First attempt at HTTP2 server push

From the public account: New World Grocery Store

In HTTP1.x, when accessing a page, the browser first obtains HTML resources, and then incrementally obtains other resources when parsing the page. The server must wait for the browser to issue a request before delivering the resources in the page. The server actually knows what resources are in the page. If the server can push the resources to the browser before the browser explicitly requests the resources, the page loading speed will be greatly prompted, which is also the theme of this article.

This article is mainly divided into two parts. The first part is an example of server push implemented by go, and the second part is a self-signed certificate. Why is there a self-signed certificate? Here the author sells it first. If you continue to read the article, you will be able to see the moon.

Server push example

Currently only HTTP2 supports server push, HTTP1.x does not support server push, so how should we judge whether the current server supports push in the code?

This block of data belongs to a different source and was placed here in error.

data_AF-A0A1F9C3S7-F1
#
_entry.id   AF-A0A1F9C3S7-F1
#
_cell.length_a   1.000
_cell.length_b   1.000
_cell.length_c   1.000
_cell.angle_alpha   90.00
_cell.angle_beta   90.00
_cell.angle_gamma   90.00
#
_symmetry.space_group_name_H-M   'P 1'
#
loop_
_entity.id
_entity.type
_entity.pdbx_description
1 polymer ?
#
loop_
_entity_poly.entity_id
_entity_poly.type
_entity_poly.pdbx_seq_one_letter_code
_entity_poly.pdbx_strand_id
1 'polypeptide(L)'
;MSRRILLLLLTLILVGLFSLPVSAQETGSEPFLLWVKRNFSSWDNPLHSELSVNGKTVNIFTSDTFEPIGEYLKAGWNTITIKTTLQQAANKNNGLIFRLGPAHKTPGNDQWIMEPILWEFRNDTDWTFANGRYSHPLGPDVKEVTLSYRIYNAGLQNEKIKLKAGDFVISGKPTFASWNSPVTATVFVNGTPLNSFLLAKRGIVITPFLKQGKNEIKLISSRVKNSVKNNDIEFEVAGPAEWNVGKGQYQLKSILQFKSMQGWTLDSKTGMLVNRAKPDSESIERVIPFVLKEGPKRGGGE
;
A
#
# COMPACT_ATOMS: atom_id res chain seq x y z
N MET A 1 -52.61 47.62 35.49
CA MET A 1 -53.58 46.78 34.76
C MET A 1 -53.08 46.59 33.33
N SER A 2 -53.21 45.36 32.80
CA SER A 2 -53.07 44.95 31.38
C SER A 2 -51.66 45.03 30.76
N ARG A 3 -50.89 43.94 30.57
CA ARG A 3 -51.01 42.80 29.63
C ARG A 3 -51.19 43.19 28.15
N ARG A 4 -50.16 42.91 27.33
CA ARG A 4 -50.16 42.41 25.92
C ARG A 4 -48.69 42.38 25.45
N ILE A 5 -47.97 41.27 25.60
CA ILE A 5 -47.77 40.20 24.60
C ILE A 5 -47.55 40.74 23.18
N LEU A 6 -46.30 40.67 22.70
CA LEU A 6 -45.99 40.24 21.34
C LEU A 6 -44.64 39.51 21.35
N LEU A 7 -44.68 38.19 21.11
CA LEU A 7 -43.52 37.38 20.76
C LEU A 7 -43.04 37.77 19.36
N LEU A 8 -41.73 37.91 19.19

In Go, we can know whether the current server supports push by judging whether http.ResponseWriter implements the http.Pusher interface.

The following is the first server push example I wrote:

http.HandleFunc("/", func(w http.ResponseWriter, r *http.Request) {
    if r.URL.Path != "/" {
        http.NotFound(w, r)
        return
    }
    pusher, ok := w.(http.Pusher)
    if ok {
        // Actively push service resources
        if err := pusher.Push("/static/app.js", nil); err != nil {
            log.Printf("Failed to push: %v", err)
        }
        if err := pusher.Push("/static/style.css", nil); err != nil {
            log.Printf("Failed to push: %v", err)
        }
    }
    // Download browser first screen resources
    fmt.Fprintf(w, `<html>
    <head>
        <title>Shinsegae grocery store</title>
        <link rel="stylesheet" href="/static/style.css"">
    </head>
    <body>
        <div>Hello Shinsegae grocery store</div>
        <div id="content"></div>
        <script src="/static/app.js"></script>
    </body>
    </html>`)
})
http.Handle("/static/", http.StripPrefix("/static/", http.FileServer(http.Dir("static"))))